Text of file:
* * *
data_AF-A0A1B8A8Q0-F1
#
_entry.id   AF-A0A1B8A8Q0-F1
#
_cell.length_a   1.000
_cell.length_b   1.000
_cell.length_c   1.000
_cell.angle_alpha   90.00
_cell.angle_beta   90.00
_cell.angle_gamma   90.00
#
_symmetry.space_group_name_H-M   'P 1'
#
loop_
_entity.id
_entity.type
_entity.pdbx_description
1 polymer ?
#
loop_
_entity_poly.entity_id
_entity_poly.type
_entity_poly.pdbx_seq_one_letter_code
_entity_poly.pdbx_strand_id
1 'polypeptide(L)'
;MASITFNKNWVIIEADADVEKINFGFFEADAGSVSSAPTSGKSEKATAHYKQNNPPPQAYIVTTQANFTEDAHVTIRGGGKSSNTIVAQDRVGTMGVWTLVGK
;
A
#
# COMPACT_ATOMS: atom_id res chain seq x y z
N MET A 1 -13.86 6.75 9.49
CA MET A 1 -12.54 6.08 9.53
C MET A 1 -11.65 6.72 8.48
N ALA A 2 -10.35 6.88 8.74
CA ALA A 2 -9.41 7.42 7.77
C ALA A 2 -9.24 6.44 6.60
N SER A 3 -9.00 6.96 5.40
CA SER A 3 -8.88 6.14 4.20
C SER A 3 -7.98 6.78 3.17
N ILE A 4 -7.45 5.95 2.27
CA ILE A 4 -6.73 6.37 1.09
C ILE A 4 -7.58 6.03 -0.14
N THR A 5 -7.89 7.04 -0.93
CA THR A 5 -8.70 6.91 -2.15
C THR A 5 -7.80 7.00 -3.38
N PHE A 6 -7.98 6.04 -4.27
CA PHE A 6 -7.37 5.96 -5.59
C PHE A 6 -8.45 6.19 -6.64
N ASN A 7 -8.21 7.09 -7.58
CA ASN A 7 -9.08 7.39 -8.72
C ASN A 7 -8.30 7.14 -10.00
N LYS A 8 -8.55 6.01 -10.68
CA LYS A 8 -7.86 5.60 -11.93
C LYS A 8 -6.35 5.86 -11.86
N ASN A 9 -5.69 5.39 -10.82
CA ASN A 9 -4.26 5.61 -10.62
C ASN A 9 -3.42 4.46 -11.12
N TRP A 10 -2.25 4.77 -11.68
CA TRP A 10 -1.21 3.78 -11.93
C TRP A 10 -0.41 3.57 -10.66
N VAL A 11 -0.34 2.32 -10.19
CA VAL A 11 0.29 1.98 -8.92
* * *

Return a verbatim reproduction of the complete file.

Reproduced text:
data_AF-A0A1B8A8Q0-F1
#
_entry.id   AF-A0A1B8A8Q0-F1
#
_cell.length_a   1.000
_cell.length_b   1.000
_cell.length_c   1.000
_cell.angle_alpha   90.00
_cell.angle_beta   90.00
_cell.angle_gamma   90.00
#
_symmetry.space_group_name_H-M   'P 1'
#
loop_
_entity.id
_entity.type
_entity.pdbx_description
1 polymer ?
#
loop_
_entity_poly.entity_id
_entity_poly.type
_entity_poly.pdbx_seq_one_letter_code
_entity_poly.pdbx_strand_id
1 'polypeptide(L)'
;MASITFNKNWVIIEADADVEKINFGFFEADAGSVSSAPTSGKSEKATAHYKQNNPPPQAYIVTTQANFTEDAHVTIRGGGKSSNTIVAQDRVGTMGVWTLVGK
;
A
#
# COMPACT_ATOMS: atom_id res chain seq x y z
N MET A 1 -13.86 6.75 9.49
CA MET A 1 -12.54 6.08 9.53
C MET A 1 -11.65 6.72 8.48
N ALA A 2 -10.35 6.88 8.74
CA ALA A 2 -9.41 7.42 7.77
C ALA A 2 -9.24 6.44 6.60
N SER A 3 -9.00 6.96 5.40
CA SER A 3 -8.88 6.14 4.20
C SER A 3 -7.98 6.78 3.17
N ILE A 4 -7.45 5.95 2.27
CA ILE A 4 -6.73 6.37 1.09
C ILE A 4 -7.58 6.03 -0.14
N THR A 5 -7.89 7.04 -0.93
CA THR A 5 -8.70 6.91 -2.15
C THR A 5 -7.80 7.00 -3.38
N PHE A 6 -7.98 6.04 -4.27
CA PHE A 6 -7.37 5.96 -5.59
C PHE A 6 -8.45 6.19 -6.64
N ASN A 7 -8.21 7.09 -7.58
CA ASN A 7 -9.08 7.39 -8.72
C ASN A 7 -8.30 7.14 -10.00
N LYS A 8 -8.55 6.01 -10.68
CA LYS A 8 -7.86 5.60 -11.93
C LYS A 8 -6.35 5.86 -11.86
N ASN A 9 -5.69 5.39 -10.82
CA ASN A 9 -4.26 5.61 -10.62
C ASN A 9 -3.42 4.46 -11.12
N TRP A 10 -2.25 4.77 -11.68
CA TRP A 10 -1.21 3.78 -11.93
C TRP A 10 -0.41 3.57 -10.66
N VAL A 11 -0.34 2.32 -10.19
CA VAL A 11 0.29 1.98 -8.92